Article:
Endlessly feeling like you need to defend your choices or convince a Judge Judy type that what you are doing is OK is exhausting. Opt out by drawing boundaries.

Negative Nancy

“I heard the most devasting story…I have to tell you.”

Um, NO, they don’t have to tell you! This is the person who just can’t stop focusing on what’s wrong– not just in her own life, but in the world at large. They are often super dialed into the negative things happening in politics, their community, their family or your shared social circle.

They are obsessed with bad news and they want to tell you all about it. Why are you dying to tell me the most painful, awful thing you heard or read about today?

Misery loves company. Perhaps deep down they are unhappy or drawn to depressing things as a distraction from their own lives. That said, having that element in your life regularly is really bad for your health.

What You Can Do

  • Understand that you always have a choice. Your life and your time are precious. You don’t have to give them away to every person who feels entitled. Learn to discern who to allow into your VIP section. Who you spend your time with is your call regardless of what the other person wants.
  • Create healthy boundariesThe next time someone is being negative/gossipy/dramatic, try saying something simple yet direct like: “Hey, I’m on a negativity fast, so can you please not be negative/shit-talk/complain around me?”

Will that person be pissed? Maybe. But protecting your own mental health and psychological experience needs to take priority. You are in control of both your physical and psychological boundaries…so if you need to physically move away from someone who’s gossiping or even cut a coffee date short because they won’t stop after you’ve asked them, give yourself permission to do so.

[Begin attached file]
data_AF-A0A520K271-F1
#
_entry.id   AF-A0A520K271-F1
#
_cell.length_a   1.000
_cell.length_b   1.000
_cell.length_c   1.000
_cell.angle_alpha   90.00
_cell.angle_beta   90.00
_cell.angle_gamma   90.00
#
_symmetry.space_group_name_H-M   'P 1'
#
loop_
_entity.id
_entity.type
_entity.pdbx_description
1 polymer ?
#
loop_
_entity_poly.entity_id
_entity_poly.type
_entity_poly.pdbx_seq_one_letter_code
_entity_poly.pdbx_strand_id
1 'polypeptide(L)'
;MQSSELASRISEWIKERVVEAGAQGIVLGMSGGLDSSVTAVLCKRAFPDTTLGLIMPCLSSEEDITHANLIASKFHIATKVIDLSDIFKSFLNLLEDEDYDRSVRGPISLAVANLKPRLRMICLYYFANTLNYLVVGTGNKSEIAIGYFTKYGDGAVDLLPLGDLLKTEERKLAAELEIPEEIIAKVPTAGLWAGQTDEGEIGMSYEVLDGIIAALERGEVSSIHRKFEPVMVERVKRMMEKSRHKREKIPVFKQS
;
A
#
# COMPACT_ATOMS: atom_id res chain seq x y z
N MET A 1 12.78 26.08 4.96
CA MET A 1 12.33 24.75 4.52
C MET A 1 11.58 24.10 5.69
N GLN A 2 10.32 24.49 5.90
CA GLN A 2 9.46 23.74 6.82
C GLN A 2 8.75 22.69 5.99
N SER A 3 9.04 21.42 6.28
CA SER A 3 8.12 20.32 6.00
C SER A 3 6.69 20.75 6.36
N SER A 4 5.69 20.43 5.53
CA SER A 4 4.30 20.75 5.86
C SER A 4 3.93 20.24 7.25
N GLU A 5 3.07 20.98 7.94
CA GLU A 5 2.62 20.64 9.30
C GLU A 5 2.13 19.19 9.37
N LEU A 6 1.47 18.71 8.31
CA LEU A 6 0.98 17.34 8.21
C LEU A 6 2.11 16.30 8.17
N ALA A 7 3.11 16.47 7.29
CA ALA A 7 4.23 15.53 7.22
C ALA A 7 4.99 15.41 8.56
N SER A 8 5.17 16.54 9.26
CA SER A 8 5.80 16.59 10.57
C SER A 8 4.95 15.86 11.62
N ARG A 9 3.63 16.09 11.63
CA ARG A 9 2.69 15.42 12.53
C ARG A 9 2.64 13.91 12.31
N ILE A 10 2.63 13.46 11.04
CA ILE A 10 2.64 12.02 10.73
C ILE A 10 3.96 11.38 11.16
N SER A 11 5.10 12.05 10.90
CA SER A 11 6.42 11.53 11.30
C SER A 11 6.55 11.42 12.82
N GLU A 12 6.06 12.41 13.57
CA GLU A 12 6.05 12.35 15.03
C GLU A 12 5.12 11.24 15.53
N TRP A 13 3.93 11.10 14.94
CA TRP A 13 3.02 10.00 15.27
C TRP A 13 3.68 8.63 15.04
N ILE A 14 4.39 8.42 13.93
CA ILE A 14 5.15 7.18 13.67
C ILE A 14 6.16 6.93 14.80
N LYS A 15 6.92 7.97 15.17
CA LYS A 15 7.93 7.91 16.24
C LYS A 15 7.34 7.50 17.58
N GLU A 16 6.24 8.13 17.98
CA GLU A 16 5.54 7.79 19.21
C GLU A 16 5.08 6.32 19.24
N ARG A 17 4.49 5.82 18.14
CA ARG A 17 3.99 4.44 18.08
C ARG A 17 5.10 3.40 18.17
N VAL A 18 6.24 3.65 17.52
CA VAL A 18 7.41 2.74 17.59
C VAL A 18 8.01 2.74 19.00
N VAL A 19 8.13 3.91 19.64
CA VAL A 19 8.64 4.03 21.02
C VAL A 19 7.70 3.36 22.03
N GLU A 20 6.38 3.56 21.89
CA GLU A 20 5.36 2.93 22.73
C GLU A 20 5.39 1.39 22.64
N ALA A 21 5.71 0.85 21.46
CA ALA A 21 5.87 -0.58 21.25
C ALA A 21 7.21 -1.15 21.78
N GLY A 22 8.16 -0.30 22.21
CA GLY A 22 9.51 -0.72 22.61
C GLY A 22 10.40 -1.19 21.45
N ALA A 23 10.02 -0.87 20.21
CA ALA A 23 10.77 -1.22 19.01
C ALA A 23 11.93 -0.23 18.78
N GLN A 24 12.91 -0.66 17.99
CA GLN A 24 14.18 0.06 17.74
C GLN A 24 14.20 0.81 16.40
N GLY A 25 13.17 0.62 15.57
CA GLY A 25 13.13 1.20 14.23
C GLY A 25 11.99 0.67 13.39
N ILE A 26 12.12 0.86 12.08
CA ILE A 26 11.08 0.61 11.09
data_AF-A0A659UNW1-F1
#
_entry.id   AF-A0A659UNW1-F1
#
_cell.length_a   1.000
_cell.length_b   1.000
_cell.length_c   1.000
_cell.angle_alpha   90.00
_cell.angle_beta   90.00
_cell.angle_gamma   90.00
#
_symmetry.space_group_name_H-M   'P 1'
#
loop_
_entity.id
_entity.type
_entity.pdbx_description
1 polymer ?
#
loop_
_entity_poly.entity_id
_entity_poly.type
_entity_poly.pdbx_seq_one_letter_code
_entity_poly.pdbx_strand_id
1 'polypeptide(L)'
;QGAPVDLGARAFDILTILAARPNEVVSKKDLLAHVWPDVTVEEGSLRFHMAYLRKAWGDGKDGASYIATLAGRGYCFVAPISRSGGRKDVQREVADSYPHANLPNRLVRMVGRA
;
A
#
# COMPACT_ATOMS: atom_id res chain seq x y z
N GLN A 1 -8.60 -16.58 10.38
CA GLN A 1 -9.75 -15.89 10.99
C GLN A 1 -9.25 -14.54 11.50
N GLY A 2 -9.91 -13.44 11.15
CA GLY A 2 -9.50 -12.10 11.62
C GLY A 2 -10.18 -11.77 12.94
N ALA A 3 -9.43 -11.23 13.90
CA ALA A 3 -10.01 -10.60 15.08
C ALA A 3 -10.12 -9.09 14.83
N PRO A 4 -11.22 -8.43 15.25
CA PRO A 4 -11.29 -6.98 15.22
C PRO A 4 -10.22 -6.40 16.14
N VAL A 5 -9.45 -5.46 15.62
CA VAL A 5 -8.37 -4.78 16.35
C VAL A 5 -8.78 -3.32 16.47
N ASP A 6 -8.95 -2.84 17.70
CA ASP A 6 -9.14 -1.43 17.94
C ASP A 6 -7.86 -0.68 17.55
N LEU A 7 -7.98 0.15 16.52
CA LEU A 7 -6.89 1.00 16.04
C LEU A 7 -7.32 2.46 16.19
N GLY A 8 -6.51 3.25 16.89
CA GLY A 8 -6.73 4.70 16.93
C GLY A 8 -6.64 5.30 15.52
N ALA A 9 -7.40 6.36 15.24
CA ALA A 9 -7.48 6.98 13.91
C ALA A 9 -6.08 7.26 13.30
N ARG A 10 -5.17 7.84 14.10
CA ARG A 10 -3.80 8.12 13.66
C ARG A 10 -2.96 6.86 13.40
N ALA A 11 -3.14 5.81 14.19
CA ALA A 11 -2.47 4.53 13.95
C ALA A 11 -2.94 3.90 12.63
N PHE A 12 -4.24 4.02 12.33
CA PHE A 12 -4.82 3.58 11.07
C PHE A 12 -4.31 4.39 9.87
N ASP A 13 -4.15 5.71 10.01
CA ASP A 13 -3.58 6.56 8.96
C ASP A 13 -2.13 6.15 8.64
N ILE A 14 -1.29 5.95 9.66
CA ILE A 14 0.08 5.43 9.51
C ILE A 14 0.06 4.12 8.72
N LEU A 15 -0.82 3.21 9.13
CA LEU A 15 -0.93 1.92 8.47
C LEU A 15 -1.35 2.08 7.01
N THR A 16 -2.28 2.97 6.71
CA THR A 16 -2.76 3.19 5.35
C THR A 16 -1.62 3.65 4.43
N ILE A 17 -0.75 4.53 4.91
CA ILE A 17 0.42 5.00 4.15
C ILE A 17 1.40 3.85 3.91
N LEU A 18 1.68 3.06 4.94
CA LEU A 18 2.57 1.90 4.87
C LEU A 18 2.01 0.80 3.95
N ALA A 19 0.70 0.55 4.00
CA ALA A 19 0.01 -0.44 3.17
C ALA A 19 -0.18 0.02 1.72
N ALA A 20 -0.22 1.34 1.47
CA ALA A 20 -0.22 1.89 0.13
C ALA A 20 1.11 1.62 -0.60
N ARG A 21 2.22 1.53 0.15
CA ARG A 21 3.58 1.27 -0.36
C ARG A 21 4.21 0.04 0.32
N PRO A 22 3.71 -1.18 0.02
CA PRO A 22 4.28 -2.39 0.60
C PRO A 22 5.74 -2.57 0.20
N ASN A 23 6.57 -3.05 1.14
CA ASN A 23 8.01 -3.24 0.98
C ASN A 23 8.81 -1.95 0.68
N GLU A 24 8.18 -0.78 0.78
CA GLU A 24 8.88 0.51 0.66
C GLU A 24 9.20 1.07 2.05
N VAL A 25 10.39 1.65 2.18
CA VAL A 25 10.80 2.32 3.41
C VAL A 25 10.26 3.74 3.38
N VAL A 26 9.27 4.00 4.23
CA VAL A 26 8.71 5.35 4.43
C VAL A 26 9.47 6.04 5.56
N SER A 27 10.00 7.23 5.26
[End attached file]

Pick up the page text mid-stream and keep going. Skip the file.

Setting boundaries around drama requires speaking up, speaking out, and making conscious, clear choices to protect yourself and your inner peace. @terri_cole (Click to Tweet!)

I want to invite you to really take that inventory of these archetypes and I would love to hear what your experience has been with this, so leave me a comment here and let me know!

You have to make a decision to be the director in your life and not just a bit player. We can’t just be the little boat and have everything else sort of be the tsunami that’s just pushing us around!

There are so many things you can do, so make sure to download the cheat sheet I created for you right here, and I so hope that you implement some of these suggestions because you know what?

Life is dramatic enough! We don’t need people manufacturing or exacerbating the drama that already exists in simply being a human being. I hope that you liked this episode and found it helpful. If so, please share it with the people in your world.

I hope this inspires you to choose you, to opt out of the drama, and to draw appropriate boundaries in your precious, one-of-a-kind life.  

One more thing! My live Q&A Youtube show is HERE!!!!  You’ll have the chance to ask me questions and get them answered live, and I honestly couldn’t be more excited. So make sure if you haven’t already, hop on over to my channel right here and subscribe so that you don’t miss our next episode later this month!

Terri Cole is a licensed psychotherapist, transformation coach, and an expert at turning fear into freedom. Sign up for Terri’s weekly Newsletter, check out her blog and follow her on Twitter.